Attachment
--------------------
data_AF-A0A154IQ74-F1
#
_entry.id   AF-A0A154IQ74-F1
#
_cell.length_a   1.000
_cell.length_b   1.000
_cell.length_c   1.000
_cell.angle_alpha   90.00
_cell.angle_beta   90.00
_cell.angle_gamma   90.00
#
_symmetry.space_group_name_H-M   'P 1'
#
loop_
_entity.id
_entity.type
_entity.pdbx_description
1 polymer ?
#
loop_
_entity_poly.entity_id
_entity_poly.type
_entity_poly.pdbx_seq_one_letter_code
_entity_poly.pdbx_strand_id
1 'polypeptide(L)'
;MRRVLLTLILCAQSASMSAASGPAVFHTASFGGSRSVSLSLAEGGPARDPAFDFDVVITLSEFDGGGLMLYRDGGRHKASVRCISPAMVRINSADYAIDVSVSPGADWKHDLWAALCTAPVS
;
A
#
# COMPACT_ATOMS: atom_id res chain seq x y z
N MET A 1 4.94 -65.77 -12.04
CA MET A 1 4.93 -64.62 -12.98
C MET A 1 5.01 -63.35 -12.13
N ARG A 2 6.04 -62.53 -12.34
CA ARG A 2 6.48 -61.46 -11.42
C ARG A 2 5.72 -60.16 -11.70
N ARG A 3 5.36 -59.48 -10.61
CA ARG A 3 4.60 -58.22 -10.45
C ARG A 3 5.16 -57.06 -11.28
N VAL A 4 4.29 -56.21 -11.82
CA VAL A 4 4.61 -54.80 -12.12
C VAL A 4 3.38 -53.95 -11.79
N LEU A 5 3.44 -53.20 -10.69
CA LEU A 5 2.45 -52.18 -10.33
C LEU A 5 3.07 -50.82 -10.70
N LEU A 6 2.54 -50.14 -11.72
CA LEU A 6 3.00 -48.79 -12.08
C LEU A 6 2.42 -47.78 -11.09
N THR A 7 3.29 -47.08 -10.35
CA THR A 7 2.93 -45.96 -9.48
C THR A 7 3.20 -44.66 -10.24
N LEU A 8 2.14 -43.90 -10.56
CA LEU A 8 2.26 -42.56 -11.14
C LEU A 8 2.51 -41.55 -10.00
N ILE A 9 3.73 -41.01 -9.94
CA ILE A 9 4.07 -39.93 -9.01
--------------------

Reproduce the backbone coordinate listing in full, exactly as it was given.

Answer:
data_AF-A0A154IQ74-F1
#
_entry.id   AF-A0A154IQ74-F1
#
_cell.length_a   1.000
_cell.length_b   1.000
_cell.length_c   1.000
_cell.angle_alpha   90.00
_cell.angle_beta   90.00
_cell.angle_gamma   90.00
#
_symmetry.space_group_name_H-M   'P 1'
#
loop_
_entity.id
_entity.type
_entity.pdbx_description
1 polymer ?
#
loop_
_entity_poly.entity_id
_entity_poly.type
_entity_poly.pdbx_seq_one_letter_code
_entity_poly.pdbx_strand_id
1 'polypeptide(L)'
;MRRVLLTLILCAQSASMSAASGPAVFHTASFGGSRSVSLSLAEGGPARDPAFDFDVVITLSEFDGGGLMLYRDGGRHKASVRCISPAMVRINSADYAIDVSVSPGADWKHDLWAALCTAPVS
;
A
#
# COMPACT_ATOMS: atom_id res chain seq x y z
N MET A 1 4.94 -65.77 -12.04
CA MET A 1 4.93 -64.62 -12.98
C MET A 1 5.01 -63.35 -12.13
N ARG A 2 6.04 -62.53 -12.34
CA ARG A 2 6.48 -61.46 -11.42
C ARG A 2 5.72 -60.16 -11.70
N ARG A 3 5.36 -59.48 -10.61
CA ARG A 3 4.60 -58.22 -10.45
C ARG A 3 5.16 -57.06 -11.28
N VAL A 4 4.29 -56.21 -11.82
CA VAL A 4 4.61 -54.80 -12.12
C VAL A 4 3.38 -53.95 -11.79
N LEU A 5 3.44 -53.20 -10.69
CA LEU A 5 2.45 -52.18 -10.33
C LEU A 5 3.07 -50.82 -10.70
N LEU A 6 2.54 -50.14 -11.72
CA LEU A 6 3.00 -48.79 -12.08
C LEU A 6 2.42 -47.78 -11.09
N THR A 7 3.29 -47.08 -10.35
CA THR A 7 2.93 -45.96 -9.48
C THR A 7 3.20 -44.66 -10.24
N LEU A 8 2.14 -43.90 -10.56
CA LEU A 8 2.26 -42.56 -11.14
C LEU A 8 2.51 -41.55 -10.00
N ILE A 9 3.73 -41.01 -9.94
CA ILE A 9 4.07 -39.93 -9.01